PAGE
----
What is Carbon Steel?
Carbon steel is an iron-carbon alloy with a mass carbon percentage content ≤ 2.0% and containing a small amount of impurity elements such as manganese (Mn), silicon (Si), sulfur (S), phosphorus (P), and oxygen (O), etc.
What is Low Carbon Steel, Medium Carbon Steel, and High Carbon Steel
The key factor distinguishing low, medium and high carbon steel is the percentage content of carbon, and according to the different carbon percentage content, it’s divided into the following types:
- Low Carbon Steel: also know as mild steel, the percentage content of carbon is 0.04 (0.05)%-0.25 (or 0.29)%.
- Medium Carbon Steel: the carbon percentage content is 0.25 (0.30)%-0.60%.
- High Carbon Steel: the carbon percentage content is 0.60%-2.0%.
Notes: There are two versions that define mild steel, one with a carbon content 0.04 (0.05)% – 0.25% and the other with 0.04 (0.05)% – 0.29%.
Low Carbon vs Medium Carbon vs High Carbon Steel
|Steel Types||Carbon Content (C) %|
|Low Carbon Steel||0.04 ≤ C ≤ 0.29|
|Medium Carbon Steel||0.29 < C < 0.60|
|High Carbon Steel||0.60 ≤ C < 2.0|
1. Low Carbon Steel
Low carbon steel is a carbon steel with a carbon content of less than 0.25% (or 0.29%). Due to its low strength, low hardness and softness, it’s also called mild steel. It includes most of the plain carbon steel and a part of high-quality carbon steel, mostly without heat treatment, used for engineering structural parts.
Typical low carbon steels include:
- US ASTM A36, SAE AISI 1008, 1012, 1015, 1018, 1020, 1022, 1025, 1029, etc.
- European EN S185, S235, S275, S355, S450, DC01 (St12), etc.
- Chinese GB Q195, Q215, Q235, Q275, 08# (08 steel), 10#, 15#, 20#, 25#, etc.
The low carbon steel annealed structure is ferrite and a small amount of pearlite, which has low strength and hardness, and good plasticity and toughness. Therefore, the cold formability is good, and cold forming can be performed by a method such as crimping, bending, or press. Low carbon steel with a very low carbon content has low hardness and poor machinability, and normalizing treatment can improve the machinability.
Applications of Low Carbon Steel
Low carbon steel is generally not heat treated before use, and is generally rolled into angle steel, channel steel, I-beam, steel pipe, steel strip or steel plate for making various building components, containers, boxes, furnace bodies and agricultural machinery. High-quality low-carbon steel is rolled into a thin plate to make deep-drawn products such as automobile cabs and engine covers; it is also rolled into bars for the production of mechanical parts with low strength requirements.
2. Medium Carbon Steel
Medium carbon steel is a carbon steel with a carbon percentage content of 0.25% (or 0.29%) to 0.60%. It includes most of the quality carbon steel and a portion of the plain carbon steel.
Typical medium carbon steels include:
- US ASTM SAE AISI 1030, 1034, 1035, 1038, 1040, 1042, 1043, 1045, 1050, 1055, etc.
- European EN C35 (1.0501), C40 (1.0511), C45 (1.0503), C55 (1.0535), C60 (1.0601), etc.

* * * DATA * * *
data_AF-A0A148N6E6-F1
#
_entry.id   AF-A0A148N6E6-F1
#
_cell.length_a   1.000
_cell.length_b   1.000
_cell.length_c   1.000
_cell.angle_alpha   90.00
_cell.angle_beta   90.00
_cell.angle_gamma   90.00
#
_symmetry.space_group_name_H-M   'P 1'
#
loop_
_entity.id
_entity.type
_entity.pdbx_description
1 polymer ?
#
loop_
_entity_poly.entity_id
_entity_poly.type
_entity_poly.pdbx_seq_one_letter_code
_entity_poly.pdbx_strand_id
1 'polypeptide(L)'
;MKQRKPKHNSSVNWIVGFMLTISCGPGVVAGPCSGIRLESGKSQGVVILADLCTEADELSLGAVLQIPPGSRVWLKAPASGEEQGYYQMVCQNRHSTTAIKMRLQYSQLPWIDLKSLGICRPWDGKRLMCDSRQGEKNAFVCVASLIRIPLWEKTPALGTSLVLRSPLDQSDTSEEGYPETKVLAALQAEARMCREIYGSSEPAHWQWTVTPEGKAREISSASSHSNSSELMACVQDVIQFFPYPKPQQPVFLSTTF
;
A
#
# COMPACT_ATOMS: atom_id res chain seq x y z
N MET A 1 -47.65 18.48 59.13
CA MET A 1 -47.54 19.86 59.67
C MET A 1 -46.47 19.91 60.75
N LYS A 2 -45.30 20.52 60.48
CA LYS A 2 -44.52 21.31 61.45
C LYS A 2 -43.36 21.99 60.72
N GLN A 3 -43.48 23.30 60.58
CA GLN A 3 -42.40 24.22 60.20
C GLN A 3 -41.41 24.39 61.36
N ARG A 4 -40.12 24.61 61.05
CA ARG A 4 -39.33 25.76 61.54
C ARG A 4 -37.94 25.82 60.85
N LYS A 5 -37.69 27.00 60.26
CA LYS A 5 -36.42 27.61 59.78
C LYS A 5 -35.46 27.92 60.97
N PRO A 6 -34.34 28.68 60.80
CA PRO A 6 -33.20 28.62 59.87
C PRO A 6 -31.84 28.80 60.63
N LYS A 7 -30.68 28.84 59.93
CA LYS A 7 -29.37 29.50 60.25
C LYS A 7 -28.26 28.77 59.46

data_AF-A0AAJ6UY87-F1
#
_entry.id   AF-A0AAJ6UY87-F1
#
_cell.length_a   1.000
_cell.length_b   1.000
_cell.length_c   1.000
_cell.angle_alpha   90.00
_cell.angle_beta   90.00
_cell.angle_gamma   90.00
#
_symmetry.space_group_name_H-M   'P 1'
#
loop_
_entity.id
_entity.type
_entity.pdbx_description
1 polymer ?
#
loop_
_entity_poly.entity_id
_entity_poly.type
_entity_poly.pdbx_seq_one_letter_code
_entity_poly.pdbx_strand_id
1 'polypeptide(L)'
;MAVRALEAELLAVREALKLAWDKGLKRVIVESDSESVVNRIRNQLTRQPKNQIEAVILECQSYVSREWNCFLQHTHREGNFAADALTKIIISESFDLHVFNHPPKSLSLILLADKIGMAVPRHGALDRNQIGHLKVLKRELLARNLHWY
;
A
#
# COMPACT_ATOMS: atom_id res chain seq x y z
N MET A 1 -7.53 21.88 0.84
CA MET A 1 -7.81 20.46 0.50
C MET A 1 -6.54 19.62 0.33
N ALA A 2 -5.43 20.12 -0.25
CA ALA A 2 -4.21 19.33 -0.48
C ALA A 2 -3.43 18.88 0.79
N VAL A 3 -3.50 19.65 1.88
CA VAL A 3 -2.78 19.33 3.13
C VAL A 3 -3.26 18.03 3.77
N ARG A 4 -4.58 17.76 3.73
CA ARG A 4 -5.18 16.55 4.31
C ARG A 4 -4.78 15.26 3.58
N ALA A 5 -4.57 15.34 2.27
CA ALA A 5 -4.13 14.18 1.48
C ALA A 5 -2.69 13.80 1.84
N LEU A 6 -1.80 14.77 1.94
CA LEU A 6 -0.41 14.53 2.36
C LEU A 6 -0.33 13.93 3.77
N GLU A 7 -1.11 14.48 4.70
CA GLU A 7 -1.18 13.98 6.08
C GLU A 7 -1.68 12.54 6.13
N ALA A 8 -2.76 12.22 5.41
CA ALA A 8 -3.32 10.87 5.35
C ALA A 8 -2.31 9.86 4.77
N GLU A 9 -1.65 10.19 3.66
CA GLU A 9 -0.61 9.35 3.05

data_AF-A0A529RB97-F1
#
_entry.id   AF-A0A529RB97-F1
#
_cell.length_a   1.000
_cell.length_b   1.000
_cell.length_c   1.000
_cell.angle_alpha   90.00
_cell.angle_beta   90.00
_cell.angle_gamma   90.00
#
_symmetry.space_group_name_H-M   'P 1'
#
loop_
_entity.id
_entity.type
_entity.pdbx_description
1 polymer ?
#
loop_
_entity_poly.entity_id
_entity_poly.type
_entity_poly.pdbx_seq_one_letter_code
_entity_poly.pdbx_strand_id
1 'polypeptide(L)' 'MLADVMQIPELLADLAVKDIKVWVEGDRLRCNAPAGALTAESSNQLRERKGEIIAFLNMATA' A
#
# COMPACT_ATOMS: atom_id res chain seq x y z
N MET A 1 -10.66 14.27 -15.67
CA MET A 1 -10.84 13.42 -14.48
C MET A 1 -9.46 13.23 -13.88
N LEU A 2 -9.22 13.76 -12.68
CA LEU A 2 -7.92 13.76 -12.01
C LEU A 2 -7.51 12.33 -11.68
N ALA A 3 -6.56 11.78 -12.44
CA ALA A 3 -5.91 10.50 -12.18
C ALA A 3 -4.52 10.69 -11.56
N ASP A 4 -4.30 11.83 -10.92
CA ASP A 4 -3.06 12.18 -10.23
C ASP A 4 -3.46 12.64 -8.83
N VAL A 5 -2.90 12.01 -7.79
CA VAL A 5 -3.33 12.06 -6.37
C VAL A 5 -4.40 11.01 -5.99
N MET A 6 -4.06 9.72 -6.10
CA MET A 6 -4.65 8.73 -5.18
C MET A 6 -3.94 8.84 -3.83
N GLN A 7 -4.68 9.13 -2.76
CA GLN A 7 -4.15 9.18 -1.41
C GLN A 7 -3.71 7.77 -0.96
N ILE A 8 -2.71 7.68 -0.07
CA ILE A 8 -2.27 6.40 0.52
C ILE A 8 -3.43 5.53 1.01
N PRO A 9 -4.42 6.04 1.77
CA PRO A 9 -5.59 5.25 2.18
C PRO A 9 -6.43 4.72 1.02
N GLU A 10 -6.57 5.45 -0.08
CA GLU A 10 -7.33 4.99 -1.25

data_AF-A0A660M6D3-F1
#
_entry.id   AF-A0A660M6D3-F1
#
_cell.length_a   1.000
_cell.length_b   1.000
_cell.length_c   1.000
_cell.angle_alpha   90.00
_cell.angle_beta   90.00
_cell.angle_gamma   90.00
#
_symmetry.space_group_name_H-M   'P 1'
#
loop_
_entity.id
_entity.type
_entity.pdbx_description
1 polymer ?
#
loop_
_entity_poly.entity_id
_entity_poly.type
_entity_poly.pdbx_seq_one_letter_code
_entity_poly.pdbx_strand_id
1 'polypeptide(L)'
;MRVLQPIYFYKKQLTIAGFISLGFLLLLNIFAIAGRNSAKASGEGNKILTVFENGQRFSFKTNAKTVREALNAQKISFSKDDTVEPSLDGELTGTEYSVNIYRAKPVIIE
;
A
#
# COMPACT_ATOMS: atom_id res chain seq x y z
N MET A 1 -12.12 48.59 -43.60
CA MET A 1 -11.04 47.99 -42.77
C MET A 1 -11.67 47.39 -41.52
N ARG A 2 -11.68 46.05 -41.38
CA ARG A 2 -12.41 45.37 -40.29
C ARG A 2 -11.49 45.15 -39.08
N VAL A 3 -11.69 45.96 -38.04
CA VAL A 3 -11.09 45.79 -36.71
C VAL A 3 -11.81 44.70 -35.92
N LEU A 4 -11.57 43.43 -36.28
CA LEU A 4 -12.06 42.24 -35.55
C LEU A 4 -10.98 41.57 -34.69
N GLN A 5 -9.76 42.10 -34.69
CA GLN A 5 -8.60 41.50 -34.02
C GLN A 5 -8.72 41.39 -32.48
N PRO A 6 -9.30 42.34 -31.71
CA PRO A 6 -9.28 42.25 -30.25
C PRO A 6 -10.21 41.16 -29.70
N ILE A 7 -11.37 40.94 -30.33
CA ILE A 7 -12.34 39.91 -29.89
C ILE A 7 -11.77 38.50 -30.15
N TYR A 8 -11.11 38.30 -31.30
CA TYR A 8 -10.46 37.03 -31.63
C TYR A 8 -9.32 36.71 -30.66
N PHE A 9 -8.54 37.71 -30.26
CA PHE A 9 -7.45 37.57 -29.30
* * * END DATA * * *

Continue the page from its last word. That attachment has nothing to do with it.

- Chinese GB 35# (35 steel), 40#, 45#, 50#, 55#, 60#, etc.
Medium carbon steel has good thermal processing and cutting performance, but its welding performance is poor, so preheating is required before welding. Strength and hardness are higher than low carbon steel, and plasticity and toughness are lower than mild steel. The cold-rolled or cold drawn material can be directly used without heat treatment, and can also be used after heat treatment. The medium carbon steel after quenching and tempering has good comprehensive mechanical properties.
Applications of Medium Carbon Steel
The medium carbon steel is mainly used to manufacture high-strength moving parts, such as air compressors, pump pistons, steam turbine impellers, heavy machinery shafts, worms, gears, etc., surface wear parts, crankshafts, machine tools spindles, rollers, bench tools, and more.
3. High Carbon Steel
High carbon steel has a carbon content of 0.60% to 1.70% (maximum 2.0%), which can be quenched and tempered.
Typical high carbon steels include:
- US ASTM SAE AISI 1059, 1060, 1065, 1070, 1075, 1080, 1085, 1090, 1095, etc.
- European EN C62D (1.0611), C66D (1.0612), C68D (1.0613), C70D (1.0615), C72D (1.0617), C80D (1.0622), C86D (1.0616), C92D (1.0618), etc.
- Chinese GB 65# (65 steel), 65Mn, 70#, 70Mn, 75#, 80#, 85#, 60#, T7, T8, T10, etc.
High carbon steel has high strength and hardness (Rockwell C hardness can be up to 60-65 HRC), high elastic limit and fatigue limit after proper heat treatment or cold drawing hardening, and the cutting performance is acceptable, compared to low carbon steel and medium carbon steel, its weldability and cold plastic deformation is the worst. Due to the high carbon content, cracks are easily generated during water quenching, so two-liquid quenching is often used, and oil-hardening is often used for small-section parts. Such steels are generally used after quenching by medium temperature tempering or normalizing or surface hardening.
High carbon steel is mainly used in the manufacture of springs, wear parts and high hardness tools.
Nice article, this article increase my knowledge about steel grade.
I want to know about medium carbon steel… And how to produce it, and what advantage of this steel. Thx ^_^
This article helped me to understand and get more knowledge about steels. Amazing!!